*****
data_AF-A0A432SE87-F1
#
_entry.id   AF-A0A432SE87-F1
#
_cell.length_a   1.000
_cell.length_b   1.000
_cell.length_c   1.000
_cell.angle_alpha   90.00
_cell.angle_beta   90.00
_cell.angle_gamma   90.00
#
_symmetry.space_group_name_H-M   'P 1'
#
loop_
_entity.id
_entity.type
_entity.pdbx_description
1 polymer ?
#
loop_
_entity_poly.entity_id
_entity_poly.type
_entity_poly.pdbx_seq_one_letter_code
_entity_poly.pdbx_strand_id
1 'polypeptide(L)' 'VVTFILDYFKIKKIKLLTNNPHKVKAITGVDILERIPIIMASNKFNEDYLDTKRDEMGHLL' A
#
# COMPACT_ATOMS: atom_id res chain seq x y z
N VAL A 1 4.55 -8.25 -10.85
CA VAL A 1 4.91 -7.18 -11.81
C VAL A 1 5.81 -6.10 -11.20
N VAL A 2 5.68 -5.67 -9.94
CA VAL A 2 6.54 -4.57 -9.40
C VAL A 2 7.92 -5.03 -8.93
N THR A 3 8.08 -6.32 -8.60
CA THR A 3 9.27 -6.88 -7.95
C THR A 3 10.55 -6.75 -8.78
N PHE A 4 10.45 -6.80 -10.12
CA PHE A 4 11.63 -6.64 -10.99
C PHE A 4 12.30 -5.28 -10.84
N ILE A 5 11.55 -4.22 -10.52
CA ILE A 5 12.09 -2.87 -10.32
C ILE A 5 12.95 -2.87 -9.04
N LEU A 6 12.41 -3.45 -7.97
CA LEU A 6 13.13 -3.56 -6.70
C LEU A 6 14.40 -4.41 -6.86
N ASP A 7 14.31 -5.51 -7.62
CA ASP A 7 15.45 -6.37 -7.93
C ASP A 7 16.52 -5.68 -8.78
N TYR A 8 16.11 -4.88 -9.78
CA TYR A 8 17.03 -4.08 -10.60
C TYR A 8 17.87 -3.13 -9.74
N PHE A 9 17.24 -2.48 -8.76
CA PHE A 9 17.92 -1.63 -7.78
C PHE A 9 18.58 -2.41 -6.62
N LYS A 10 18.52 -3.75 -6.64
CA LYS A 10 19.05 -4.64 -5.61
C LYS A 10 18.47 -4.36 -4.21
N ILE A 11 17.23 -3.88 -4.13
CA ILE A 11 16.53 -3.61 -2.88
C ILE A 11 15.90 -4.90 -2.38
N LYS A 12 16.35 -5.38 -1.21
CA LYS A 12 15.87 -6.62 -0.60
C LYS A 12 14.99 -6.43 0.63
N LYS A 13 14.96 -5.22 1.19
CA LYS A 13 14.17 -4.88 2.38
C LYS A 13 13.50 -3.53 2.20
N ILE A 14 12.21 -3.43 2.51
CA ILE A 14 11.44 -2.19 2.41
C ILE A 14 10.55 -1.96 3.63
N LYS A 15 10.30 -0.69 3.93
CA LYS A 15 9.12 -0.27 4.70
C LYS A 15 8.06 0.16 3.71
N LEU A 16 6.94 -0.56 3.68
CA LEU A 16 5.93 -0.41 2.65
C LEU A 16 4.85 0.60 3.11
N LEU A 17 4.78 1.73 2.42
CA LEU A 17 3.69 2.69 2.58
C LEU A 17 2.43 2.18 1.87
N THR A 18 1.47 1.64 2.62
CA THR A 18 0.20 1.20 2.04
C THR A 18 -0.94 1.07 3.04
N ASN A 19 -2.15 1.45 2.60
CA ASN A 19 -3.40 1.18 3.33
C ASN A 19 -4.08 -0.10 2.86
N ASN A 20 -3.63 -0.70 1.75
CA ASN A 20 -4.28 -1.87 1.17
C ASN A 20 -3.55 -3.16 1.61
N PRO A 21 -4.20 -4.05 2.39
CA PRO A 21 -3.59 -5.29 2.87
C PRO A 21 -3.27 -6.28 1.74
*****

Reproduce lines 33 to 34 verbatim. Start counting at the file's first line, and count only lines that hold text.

C VAL A 2 7.92 -5.03 -8.93
N THR A 3 8.08 -6.32 -8.60